Writing a Training Program for non-security Employees
All businesses, no matter the size or industry, need a training program for their employees in security. Most already have one; they just don’t call it that. And because they don’t have a formal plan, the things taught get forgotten, until a disaster occurs, something is stolen, or worse.
So to address that shortfall, here is a list of the things you need to include in any training program. And these items will apply to all businesses. Not just high risk or retail establishments. And they should be done before a high valued item is misplaced or stolen, preferably anyway. And if that incident happens to be an active shooter in a WPV incident…
• IInventory Control
How do you control the inventory? Here are a couple of simple ideas;
Procedure for logging items in and out
Procedure for employee sales
Bringing new stock into the front
Access control to stock
And what about waste items
Procedures for handling cash before, during, and after business
This includes: starting the cash drawer, bank deposits, & deposits if the amount in the drawer gets to be too much
• Robbery/Disaster/active shooter plans
This may be vital to saving your employees and your business. Procedures to protect your employees during a robbery, disaster, or during/after an active shooter incident. Do you teach them what to do and not to do? It could save their lives at any moment that an incident occurs.
• Duress codes
Do you have codes built in and instructed to your employees if they’re in trouble and don’t want to attract the criminals attention? And a duress code, by necessity, has to be innocuous and instantly recognizable.
• After an incident
Do you have plans for after the incident? Who gets called first & what happens immediately after?
Do the employees know how to properly identify the perpetrator(s)? Do they know the who, what, when, where, why, and how to notify the appropriate individuals/authorities?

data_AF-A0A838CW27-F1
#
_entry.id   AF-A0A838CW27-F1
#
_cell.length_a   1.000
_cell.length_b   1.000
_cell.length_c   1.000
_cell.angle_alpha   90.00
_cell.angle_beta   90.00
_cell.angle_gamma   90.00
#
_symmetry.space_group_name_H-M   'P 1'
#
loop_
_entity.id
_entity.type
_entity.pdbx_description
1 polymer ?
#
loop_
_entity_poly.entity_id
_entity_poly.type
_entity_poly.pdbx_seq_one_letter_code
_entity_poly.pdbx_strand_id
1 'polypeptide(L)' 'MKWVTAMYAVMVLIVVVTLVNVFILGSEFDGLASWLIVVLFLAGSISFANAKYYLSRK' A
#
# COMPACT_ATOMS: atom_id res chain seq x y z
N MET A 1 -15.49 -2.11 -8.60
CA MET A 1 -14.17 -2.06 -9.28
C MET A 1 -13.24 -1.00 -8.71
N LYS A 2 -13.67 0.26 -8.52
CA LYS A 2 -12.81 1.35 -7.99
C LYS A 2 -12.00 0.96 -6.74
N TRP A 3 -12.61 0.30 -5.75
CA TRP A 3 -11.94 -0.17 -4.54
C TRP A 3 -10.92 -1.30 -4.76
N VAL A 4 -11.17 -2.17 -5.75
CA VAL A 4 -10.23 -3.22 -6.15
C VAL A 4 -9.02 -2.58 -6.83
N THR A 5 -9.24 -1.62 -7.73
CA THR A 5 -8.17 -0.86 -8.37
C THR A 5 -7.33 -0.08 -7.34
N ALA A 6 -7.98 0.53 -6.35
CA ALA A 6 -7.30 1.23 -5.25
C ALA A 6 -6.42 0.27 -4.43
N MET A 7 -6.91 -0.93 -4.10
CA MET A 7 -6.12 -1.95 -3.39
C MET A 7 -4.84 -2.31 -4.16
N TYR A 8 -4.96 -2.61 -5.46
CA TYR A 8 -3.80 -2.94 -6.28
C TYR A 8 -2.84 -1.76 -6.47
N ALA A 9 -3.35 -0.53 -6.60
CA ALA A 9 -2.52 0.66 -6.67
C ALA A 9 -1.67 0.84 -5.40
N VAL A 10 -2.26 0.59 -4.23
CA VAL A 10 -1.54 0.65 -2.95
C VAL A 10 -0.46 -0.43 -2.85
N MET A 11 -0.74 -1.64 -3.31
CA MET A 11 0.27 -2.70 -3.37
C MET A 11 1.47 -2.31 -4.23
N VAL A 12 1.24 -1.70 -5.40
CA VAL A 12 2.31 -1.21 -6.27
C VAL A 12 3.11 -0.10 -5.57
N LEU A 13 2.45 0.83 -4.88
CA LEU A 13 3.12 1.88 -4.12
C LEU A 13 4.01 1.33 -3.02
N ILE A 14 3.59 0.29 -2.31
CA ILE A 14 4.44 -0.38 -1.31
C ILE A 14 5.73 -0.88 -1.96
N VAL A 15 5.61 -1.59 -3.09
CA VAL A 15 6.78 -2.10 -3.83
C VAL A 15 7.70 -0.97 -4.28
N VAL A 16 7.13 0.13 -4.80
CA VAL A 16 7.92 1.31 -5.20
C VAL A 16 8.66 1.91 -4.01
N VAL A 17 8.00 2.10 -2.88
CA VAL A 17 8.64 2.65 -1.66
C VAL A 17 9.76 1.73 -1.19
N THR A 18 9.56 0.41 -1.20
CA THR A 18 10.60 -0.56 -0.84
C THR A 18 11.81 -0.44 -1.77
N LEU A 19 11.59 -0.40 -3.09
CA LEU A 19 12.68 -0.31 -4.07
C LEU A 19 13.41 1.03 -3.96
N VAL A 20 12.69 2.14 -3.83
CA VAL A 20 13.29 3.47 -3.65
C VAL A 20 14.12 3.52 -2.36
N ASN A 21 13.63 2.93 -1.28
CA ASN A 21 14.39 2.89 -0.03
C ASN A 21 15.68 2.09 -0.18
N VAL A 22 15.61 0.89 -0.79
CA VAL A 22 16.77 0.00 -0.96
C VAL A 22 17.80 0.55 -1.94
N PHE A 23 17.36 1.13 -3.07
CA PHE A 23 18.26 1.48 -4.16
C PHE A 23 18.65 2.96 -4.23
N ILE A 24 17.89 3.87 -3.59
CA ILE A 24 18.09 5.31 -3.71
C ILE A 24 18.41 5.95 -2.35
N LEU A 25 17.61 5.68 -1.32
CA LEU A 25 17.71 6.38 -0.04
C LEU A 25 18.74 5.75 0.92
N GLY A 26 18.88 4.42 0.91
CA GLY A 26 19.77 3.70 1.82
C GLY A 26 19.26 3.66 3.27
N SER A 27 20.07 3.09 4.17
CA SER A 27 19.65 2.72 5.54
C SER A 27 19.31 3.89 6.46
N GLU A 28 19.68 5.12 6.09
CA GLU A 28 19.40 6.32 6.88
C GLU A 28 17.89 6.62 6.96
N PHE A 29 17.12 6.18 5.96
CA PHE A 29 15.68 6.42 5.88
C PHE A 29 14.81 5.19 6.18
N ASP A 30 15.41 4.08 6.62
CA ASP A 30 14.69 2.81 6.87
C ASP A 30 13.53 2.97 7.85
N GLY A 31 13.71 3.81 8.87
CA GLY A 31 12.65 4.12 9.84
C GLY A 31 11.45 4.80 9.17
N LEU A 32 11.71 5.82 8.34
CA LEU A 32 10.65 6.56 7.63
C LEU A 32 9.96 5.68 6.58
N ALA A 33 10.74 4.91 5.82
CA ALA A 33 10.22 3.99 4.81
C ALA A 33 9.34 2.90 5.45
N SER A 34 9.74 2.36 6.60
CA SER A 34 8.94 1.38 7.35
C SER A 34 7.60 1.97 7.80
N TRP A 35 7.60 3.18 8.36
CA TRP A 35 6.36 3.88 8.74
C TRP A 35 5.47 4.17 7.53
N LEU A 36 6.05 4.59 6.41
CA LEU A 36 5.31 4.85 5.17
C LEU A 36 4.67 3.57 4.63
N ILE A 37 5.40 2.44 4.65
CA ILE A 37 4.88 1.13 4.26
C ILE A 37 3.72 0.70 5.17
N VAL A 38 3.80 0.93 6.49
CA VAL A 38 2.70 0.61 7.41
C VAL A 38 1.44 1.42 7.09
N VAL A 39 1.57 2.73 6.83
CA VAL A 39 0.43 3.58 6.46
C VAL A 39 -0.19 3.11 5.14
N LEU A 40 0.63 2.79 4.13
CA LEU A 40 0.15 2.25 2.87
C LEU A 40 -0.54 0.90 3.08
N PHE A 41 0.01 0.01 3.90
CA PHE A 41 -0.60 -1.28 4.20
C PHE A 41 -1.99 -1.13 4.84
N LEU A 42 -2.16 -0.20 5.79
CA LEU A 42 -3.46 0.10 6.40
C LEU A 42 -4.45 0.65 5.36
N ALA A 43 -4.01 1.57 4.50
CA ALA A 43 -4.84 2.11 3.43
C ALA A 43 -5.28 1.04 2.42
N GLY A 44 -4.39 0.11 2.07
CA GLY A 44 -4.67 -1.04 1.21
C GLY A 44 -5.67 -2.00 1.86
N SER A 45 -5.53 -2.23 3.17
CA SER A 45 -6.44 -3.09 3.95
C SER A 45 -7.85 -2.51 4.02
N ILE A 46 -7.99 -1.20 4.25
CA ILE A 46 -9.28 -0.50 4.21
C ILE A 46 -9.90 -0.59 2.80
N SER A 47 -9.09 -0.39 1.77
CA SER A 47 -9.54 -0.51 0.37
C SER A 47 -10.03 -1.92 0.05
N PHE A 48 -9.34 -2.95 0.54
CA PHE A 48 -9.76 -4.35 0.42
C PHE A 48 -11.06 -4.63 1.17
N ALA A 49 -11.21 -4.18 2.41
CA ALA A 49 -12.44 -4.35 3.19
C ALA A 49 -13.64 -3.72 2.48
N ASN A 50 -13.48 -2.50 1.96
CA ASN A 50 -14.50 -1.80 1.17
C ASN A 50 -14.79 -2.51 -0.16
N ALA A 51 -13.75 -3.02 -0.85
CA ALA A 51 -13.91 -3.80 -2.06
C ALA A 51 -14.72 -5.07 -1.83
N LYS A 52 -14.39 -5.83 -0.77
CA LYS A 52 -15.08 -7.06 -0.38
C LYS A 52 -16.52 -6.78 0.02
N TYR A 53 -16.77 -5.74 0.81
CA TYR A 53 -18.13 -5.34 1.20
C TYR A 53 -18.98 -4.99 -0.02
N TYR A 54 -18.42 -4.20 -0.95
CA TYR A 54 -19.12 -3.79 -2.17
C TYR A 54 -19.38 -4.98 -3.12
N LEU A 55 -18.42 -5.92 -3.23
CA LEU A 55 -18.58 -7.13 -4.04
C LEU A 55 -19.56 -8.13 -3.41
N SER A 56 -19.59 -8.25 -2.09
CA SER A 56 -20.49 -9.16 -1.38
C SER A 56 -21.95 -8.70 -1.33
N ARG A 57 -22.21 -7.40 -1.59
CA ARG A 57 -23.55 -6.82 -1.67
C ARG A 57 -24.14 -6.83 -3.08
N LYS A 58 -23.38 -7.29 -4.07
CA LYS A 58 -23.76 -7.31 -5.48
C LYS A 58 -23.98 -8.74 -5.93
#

• Alarms& CCVS
If you have alarms, which I hope you do, do they know how to use them properly? The same goes for your CCVS. If they don’t know how to work it properly, they may set it off at the wrong time, erase the recording, or otherwise damage your attempts to safeguard your business
How do you want them to handle suspected shoplifters, robbers, or other criminals?
The same goes for other employees, what do you want them to do if they suspect a co-worker of wrong doing
Who locks the doors, turns out the lights, sets the alarm, and other items of that nature?
Who do they report broken doors, locks, burned out lights, and etc. to?
Then when do they report it & then who’s responsible for ensuring that it gets fixed
My experience isn’t in retail or other such operations. I mainly dealt with warehouses, offices, and the like. But these tips and items can be taught to anyone in any business. As the owner or GM it is your responsibility to know what needs to be trained and who gets trained on what, and ensuring that they actually follow through with the plan. If they don’t you be severely ‘gigged’ by a disaster or criminal element, the health inspector is a minor irritant compared to these.
Robert D. Sollars is a recognized expert on workplace violence prevention and other security issues. With numerous interviews, a twice weekly blog, articles, and 2 books he has proven himself in the security field for nearly 32 years, and 24 studying workplace violence issues.
He utilizes his years of field knowledge to give real life examples of incidents pulled from both his own experiences and the news headlines. Contact him at 480-251-5197 or through his Facebook page at http://www.facebook.com/oneistoomany. Here you will see and read about other items related to security as well as WPV.